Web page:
|Wireless Inputs||Airplay, Bluetooth|
|Size||12 x 42 cm (4.7 x 16.5 in)|
|Suggest a correction|
After struggling for a decade to regain their market share, Sony is throwing out their old designs in favor of hi-res audio across its product line. With the release of the SRS-X9, Sony is bringing their hi-res expertise to the wireless speaker market.
Like other wireless speakers the SRS-X9 is capable of streaming files wirelessly or via Bluetooth and AirPlay. To improve your wireless signal reception Sony has included a built-in antenna, which you can push back into its cabinet when not in use. There are several connectors: a USB-B and A port for high resolution 24-bit playback, Ethernet socket and a 3.5mm audio in jack all located in the bottom right hand corner of the speaker.
On first glance, reviewers describe the SRS-X9 as "understated" with its "pedestrian" rectangular shape but closer inspection reveals it as a premium and solidly built device. AV Forums calls its appearance "pure class" due to the black glass top, removable metal grille and brushed metal sides. The combination of metal and glass does make the SRS-X9 fairly hefty at 4.6kg. But critics have no problem with the weight considering how solidly constructed it is.
More important than the design, of course, is the sound quality. The SRS-X9 utilizes a seven speaker design with five at the front and two tweeters on the top. This is mean to create a larger sound field. The woofer is located behind the grille with bass radiators on either side and the mid-range driver on the left and right of the bass. Critics note that the location and organization of these speakers allow the SRS-X9 to fill a room with music despite its relatively small size. They add that the sound itself was great as it provided a great sense of scale and rich, full-bodied tones. It especially shines at lower frequencies as What HiFi states, "…[it reaches] really deep into any bassline without ever compromising on precision and detail." But reviewers don't consider it to be too bass heavy. In fact, they consider it to be fairly well balanced across the board except for the occasional brightness to the treble when the volume is cranked up. They do add that the harsh edge to the treble is much more noticeable on compressed audio file formats than on high-res.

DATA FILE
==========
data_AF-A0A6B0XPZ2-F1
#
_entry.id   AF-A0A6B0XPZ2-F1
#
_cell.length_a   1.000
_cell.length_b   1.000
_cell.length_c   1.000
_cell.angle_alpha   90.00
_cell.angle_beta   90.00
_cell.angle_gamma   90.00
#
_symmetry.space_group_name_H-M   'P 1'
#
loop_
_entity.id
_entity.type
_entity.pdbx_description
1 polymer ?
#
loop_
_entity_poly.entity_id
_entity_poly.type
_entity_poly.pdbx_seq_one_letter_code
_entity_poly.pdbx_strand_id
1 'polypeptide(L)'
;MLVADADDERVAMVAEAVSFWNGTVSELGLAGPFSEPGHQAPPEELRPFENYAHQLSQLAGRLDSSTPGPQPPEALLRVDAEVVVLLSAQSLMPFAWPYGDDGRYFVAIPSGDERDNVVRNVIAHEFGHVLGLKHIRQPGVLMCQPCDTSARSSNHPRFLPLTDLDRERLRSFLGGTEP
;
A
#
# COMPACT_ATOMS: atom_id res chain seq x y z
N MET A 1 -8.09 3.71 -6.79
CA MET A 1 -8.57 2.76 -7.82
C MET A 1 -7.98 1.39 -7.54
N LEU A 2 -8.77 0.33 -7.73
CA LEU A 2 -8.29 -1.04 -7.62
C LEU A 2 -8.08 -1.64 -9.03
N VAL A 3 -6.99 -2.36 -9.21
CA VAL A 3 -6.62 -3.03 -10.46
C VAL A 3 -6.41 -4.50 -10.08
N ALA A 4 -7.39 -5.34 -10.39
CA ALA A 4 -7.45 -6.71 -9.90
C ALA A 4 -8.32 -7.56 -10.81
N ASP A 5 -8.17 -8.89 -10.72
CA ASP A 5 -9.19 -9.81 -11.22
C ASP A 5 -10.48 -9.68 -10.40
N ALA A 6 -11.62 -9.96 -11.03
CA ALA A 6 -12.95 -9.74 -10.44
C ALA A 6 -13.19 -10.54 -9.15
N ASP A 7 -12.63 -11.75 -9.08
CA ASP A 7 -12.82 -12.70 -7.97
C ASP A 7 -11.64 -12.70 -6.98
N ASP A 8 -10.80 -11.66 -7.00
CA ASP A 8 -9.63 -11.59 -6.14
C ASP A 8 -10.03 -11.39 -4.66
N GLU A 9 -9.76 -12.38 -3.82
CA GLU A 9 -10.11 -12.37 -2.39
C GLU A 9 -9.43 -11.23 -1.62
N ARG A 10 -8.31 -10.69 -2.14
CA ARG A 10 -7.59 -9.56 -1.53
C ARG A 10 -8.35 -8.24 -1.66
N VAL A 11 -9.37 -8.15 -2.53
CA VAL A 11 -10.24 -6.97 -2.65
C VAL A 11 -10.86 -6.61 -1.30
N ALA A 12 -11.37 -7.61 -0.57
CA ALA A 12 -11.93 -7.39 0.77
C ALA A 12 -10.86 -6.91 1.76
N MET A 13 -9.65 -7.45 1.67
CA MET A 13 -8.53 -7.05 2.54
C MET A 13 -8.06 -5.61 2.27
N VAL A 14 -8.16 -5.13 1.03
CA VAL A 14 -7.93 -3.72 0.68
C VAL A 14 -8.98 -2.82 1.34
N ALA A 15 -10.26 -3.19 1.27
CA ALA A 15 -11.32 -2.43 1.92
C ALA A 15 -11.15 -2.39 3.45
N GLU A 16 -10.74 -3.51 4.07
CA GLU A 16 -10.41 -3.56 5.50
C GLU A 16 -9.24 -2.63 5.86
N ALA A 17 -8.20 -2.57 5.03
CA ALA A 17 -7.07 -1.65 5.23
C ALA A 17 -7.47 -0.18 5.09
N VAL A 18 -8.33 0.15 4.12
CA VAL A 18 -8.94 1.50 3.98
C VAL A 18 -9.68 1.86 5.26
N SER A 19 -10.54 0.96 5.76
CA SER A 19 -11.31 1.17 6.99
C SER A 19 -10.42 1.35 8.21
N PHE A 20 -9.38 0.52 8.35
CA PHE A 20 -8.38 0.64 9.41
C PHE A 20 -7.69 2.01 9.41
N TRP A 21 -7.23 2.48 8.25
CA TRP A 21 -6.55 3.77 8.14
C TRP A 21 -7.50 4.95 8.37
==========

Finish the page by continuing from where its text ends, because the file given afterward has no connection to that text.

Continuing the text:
Reviewers have no problem recommending the Sony SRS-X9, especially for audiophiles. Digital Trends states, "…[it] is a tour de force of elegant style and high-performance sound, but it will cost you."
No questions for the moment.